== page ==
Will Gold Dazzle or Disappoint in 2024?

Investors confront compelling cases both for and against gold and related ETFs.

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Reviewed by: Ron Day
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Edited by: James Rubin

Spot bitcoin ETFs hold the spotlight, as the SEC nears a decision on multiple applications for these products. So in the midst of this potentially historic moment, it is a great time to look at what investors have considered an “alternate currency” for centuries.  

Gold not only has a long history as a “store of value” in financial markets, but it also once served as the core of the monetary system. 

The "gold standard" was a system in which most countries valued their currencies as a common unit–gold. Today, the U.S. dollar has replaced it, and cryptocurrency enthusiasts argue that in the future, decentralized money e.g. bitcoin will be the new version of the gold standard. 

So, every time cryptocurrency gets volatile (upwardly of late), investors, especially industry veterans who lived through the gold standard era and its aftermath, start talking up gold again. With the beginning of the new year, ETF investors tracking the “yellow metal” makes sense, just in case it soars beyond its most recent all-time high of $2,135 of Dec. 4.

GLD, the Gold Proxy 

The SPDR Gold Shares (GLD) was the first ETF to track the price of gold bullion. It debuted in late 2004, which means it is fast-approaching, ironically, its “China Anniversary” (20 years since its listing). GLD leads a long list of gold-linked, gold stock and gold-related ETFs, including some that allow investors to take the other side of the gold trade and profit from declines. You can see the full list of them in etf.com’s ETF Screener

Using GLD as a proxy for investing in gold, that $58 billion ETF gained about 13% in 2023, after a pair of slightly down years in 2021 and 2022. Still, gold has been digging its own hole of sorts for the past 10 years, averaging a 5.1% annual return versus 12.1% for the S&P 500 Index over that time period.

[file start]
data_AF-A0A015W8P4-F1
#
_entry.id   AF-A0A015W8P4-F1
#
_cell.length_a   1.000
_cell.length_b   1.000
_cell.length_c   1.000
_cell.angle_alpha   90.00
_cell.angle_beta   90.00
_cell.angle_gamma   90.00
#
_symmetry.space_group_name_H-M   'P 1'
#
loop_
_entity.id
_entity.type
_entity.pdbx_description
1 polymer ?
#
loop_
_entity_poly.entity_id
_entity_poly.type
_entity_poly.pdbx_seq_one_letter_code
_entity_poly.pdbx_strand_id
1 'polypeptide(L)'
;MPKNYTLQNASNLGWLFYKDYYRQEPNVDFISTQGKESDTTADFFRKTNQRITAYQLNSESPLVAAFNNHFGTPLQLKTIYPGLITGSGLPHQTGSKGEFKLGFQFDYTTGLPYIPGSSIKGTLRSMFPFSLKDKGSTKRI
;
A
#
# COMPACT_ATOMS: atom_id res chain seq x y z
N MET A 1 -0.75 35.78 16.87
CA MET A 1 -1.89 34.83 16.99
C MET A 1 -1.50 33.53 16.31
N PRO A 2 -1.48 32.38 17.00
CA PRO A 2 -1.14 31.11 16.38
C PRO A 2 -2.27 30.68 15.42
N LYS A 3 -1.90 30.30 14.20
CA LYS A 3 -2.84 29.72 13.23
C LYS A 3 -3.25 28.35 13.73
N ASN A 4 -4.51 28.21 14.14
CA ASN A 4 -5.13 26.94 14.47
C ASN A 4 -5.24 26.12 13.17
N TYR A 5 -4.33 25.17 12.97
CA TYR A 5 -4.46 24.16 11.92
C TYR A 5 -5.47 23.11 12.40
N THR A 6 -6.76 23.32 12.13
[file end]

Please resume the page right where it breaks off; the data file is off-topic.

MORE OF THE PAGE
While GLD has appreciated by 334% since its 2004 inception, we all know that markets are increasingly about on-the-spot results. And what gold’s price has done is move around a lot. There’s more to that than is immediately apparent. GLD sits around $192 this week, just as it did back in March of 2022, and in August of 2020. Its price has traded between that high level and a low of $150 a share for nearly four years. That probably sounds wonderful to swing traders, but not to long-term gold bugs.  

We've Seen These Gold Prices Before 

Even more distressing to eternal fans of gold investing is that GLD peaked at just $186 in 2011, a time where I recall, everyone on Wall Street assumed it would go much higher quickly. Spoiler alert: it didn’t. 

The macro investing case for gold is clear: the U.S. dollar might be imperiled, due to government spending that appears endless. If that were securitized and listed as an ETF, we could all have a nice time investing in it. But I digress. 

Gold is also a limited supply situation, a commodity. And it remains synonymous with a form of currency to many. Those two factors likely add some level of long-term support to GLD and its peers, even with Bitcoin invading its turf.

GLD and the Gold Rally

Finally, the recent gold rally has renewed excitement, especially for those who get excited every time it surges. But as 2024 begins, GLD and other gold ETFs face a similar market issue to some major stock market indexes. While the technical/chart picture has momentum, we’ve been here before. Many times, in fact.  

So, when market psychology seems more dominant in investor activity (how else do you explain some of the moves we’ve seen in sketchier parts of the market lately?), gold must still prove itself.

Will 2024 be a golden year? Stay tuned. 

Rob Isbitts was an investment advisor for 27 years before selling his practice to focus on ETF research and education. He is based in Weston, Florida. Contact him at  [email protected] and follow him on LinkedIn.